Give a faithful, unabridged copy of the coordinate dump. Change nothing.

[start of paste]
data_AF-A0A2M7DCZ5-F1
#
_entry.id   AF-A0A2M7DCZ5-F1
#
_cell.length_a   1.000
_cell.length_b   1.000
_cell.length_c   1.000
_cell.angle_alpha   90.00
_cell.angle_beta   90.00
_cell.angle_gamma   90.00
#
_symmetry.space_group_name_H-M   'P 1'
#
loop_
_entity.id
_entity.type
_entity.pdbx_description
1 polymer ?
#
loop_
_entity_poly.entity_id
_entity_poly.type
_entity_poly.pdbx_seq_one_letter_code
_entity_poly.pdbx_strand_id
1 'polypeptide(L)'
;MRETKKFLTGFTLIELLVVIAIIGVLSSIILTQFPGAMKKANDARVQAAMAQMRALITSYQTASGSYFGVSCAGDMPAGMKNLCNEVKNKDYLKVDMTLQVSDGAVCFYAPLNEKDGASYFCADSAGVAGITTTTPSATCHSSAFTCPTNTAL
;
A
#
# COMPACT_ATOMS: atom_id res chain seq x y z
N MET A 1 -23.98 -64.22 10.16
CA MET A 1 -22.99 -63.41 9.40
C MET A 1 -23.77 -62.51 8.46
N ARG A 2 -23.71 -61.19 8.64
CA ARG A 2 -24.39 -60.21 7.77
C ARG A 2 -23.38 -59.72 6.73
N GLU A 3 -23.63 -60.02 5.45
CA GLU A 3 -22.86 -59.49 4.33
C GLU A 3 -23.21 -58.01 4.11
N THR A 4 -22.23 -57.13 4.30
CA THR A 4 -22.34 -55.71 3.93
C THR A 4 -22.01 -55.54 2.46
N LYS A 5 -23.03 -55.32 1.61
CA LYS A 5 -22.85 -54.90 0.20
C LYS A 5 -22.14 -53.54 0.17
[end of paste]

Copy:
data_AF-A0A2M7DCZ5-F1
#
_entry.id   AF-A0A2M7DCZ5-F1
#
_cell.length_a   1.000
_cell.length_b   1.000
_cell.length_c   1.000
_cell.angle_alpha   90.00
_cell.angle_beta   90.00
_cell.angle_gamma   90.00
#
_symmetry.space_group_name_H-M   'P 1'
#
loop_
_entity.id
_entity.type
_entity.pdbx_description
1 polymer ?
#
loop_
_entity_poly.entity_id
_entity_poly.type
_entity_poly.pdbx_seq_one_letter_code
_entity_poly.pdbx_strand_id
1 'polypeptide(L)'
;MRETKKFLTGFTLIELLVVIAIIGVLSSIILTQFPGAMKKANDARVQAAMAQMRALITSYQTASGSYFGVSCAGDMPAGMKNLCNEVKNKDYLKVDMTLQVSDGAVCFYAPLNEKDGASYFCADSAGVAGITTTTPSATCHSSAFTCPTNTAL
;
A
#
# COMPACT_ATOMS: atom_id res chain seq x y z
N MET A 1 -23.98 -64.22 10.16
CA MET A 1 -22.99 -63.41 9.40
C MET A 1 -23.77 -62.51 8.46
N ARG A 2 -23.71 -61.19 8.64
CA ARG A 2 -24.39 -60.21 7.77
C ARG A 2 -23.38 -59.72 6.73
N GLU A 3 -23.63 -60.02 5.45
CA GLU A 3 -22.86 -59.49 4.33
C GLU A 3 -23.21 -58.01 4.11
N THR A 4 -22.23 -57.13 4.30
CA THR A 4 -22.34 -55.71 3.93
C THR A 4 -22.01 -55.54 2.46
N LYS A 5 -23.03 -55.32 1.61
CA LYS A 5 -22.85 -54.90 0.20
C LYS A 5 -22.14 -53.54 0.17